Five days later, a repeat ECG showed an ejection fraction of 40% on dobutamine and an estimated pulmonary artery systolic pressure of 100 mmHg. A pulmonary artery catheter was placed. The haemodynamic numbers were a cardiac output of 5 L/min, cardiac index of 3 L/min/m2, stroke volume of 52 mL, central venous pressure of 21, systemic vascular resistance of 1,599 dynes/sec·cm5, pulmonary artery pressure of 94/28. Pulmonary capillary wedge pressure was unobtainable (Table 2).

Table 2: Haemodynamic parameters starting from the time pulmonary artery catheter was inserted. 

BP: blood pressure; CI: cardiac index; CO: cardiac output; CVP: central venous pressure; Dob: dobutamine; Hep: heparin; HR: heart rate; inhaled NTG: inhaled nitroglycerine; Las: furosemide infusion; Levo: noradrenaline; Mil: milrinone; N: no; Neo: neo-synephrine; PAP: pulmonary arterial pressure; Sed: sedation; SpO2: oxygen saturation; SV: stroke volume; SVR: systemic vascular resistance; Vent: ventilator; Y: yes.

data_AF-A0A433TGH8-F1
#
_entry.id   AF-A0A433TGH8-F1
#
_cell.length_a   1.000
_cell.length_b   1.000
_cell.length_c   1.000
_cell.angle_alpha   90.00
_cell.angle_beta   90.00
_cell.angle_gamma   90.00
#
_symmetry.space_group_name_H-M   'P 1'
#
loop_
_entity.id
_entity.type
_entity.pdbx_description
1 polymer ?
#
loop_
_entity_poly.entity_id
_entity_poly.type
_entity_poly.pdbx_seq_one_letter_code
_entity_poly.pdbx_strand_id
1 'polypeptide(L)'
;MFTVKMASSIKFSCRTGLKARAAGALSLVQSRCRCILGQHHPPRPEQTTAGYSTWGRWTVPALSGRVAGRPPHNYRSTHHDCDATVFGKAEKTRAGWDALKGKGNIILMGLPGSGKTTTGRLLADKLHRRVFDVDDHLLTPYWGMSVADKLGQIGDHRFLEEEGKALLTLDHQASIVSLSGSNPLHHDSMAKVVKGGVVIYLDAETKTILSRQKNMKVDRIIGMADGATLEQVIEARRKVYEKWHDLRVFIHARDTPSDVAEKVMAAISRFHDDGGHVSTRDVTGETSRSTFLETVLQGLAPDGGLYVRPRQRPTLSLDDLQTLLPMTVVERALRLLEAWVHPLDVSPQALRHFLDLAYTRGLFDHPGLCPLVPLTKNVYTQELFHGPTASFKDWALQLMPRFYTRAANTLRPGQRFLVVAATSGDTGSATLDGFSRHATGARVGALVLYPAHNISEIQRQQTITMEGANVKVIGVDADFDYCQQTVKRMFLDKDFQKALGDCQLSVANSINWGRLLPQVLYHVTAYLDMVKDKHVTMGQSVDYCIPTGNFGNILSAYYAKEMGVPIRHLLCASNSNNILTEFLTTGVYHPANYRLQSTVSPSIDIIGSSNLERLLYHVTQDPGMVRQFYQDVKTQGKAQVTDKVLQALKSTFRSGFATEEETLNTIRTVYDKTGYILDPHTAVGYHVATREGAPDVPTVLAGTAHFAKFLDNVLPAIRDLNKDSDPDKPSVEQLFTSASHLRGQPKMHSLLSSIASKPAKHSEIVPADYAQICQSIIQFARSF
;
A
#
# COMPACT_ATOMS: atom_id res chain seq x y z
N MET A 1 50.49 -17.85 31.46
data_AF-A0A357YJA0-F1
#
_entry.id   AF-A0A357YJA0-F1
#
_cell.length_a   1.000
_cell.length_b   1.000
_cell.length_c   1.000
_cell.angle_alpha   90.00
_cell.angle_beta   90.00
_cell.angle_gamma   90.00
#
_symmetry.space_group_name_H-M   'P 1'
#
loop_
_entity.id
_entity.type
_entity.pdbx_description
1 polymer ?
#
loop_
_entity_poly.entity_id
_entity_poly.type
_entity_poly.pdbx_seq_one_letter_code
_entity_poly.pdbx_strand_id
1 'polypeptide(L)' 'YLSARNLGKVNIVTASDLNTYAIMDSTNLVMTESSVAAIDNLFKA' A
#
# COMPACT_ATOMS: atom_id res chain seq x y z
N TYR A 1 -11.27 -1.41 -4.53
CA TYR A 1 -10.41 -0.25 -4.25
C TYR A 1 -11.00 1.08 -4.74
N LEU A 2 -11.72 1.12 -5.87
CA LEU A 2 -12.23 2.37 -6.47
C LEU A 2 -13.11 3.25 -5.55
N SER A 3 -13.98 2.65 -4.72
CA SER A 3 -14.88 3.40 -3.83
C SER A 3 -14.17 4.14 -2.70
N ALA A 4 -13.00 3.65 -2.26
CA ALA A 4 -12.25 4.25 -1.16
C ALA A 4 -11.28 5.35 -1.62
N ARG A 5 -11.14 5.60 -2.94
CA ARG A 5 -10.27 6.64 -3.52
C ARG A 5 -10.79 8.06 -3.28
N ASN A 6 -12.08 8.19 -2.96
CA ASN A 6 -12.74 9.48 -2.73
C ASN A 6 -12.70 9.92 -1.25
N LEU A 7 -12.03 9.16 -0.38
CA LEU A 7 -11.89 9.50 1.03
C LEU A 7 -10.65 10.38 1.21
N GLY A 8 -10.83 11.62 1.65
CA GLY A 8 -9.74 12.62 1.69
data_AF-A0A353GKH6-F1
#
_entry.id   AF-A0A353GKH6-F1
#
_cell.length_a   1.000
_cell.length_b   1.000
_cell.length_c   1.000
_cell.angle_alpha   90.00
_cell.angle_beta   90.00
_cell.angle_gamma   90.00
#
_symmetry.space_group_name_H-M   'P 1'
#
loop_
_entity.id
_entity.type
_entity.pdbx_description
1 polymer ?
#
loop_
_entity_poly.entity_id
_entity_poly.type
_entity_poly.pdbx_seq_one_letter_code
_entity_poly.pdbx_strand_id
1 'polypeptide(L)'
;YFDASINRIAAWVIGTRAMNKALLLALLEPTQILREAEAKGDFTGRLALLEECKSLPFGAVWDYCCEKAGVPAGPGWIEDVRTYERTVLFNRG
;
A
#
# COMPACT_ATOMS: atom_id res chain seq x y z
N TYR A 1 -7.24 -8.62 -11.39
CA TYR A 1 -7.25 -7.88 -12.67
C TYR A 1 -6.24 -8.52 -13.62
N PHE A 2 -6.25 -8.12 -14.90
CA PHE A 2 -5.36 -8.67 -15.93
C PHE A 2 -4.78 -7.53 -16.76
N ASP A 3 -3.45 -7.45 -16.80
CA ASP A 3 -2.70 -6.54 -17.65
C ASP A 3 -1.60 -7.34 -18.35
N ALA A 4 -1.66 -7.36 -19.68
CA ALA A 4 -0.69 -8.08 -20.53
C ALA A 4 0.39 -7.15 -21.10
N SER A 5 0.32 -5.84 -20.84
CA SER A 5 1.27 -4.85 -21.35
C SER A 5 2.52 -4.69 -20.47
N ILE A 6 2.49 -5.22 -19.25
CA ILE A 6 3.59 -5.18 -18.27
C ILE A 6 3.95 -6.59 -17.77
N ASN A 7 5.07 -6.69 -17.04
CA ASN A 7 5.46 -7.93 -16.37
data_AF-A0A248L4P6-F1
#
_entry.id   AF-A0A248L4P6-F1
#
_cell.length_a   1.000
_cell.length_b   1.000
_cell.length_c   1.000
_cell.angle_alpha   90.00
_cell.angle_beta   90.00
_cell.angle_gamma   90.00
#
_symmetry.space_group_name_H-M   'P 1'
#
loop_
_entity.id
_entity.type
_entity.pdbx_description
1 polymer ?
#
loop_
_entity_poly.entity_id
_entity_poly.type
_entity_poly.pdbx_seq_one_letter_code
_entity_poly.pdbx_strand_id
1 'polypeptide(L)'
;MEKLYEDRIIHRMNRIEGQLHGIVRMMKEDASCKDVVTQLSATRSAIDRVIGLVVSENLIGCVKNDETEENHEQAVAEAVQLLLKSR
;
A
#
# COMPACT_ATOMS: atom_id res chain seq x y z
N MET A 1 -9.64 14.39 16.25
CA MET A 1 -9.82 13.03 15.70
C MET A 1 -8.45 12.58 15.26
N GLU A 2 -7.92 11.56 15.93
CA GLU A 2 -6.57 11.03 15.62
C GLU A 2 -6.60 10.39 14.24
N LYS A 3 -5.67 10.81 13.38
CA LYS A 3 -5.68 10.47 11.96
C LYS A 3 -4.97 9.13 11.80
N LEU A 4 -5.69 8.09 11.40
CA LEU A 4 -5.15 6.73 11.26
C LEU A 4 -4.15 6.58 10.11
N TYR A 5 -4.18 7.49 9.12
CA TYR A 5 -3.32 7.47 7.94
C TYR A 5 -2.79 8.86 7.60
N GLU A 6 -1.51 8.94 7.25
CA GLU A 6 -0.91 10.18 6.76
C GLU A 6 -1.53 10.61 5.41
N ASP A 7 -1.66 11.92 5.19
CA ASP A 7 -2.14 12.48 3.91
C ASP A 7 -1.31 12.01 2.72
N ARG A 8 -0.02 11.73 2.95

Inhaled nitroglycerine was started at a concentration of 200 µg/mL and the patient was nebulised using large volume nebuliser set at an O2 delivery rate of 6 L/min. That resulted in the delivery of approximately 17 M (3.4 mg nitroglycerine) every 2 hours. Dramatic rapid reduction in pulmonary arterial pressure was noted with a decrease in pressor requirements. Approximately 12 hours later, the patient was completely weaned off noradrenaline. The patient was transferred to tertiary care centre for chronic management of pulmonary hypertension. Blood pressure was stable even after stopping inhaled nitroglycerine.

The patient was stabilised sufficiently for transfer to a tertiary care centre. Four days later the patient had persistent renal failure that required dialysis. During the insertion of femoral dialysis catheter, the patient developed a large retroperitoneal haematoma and unfortunately died from haemorrhagic shock.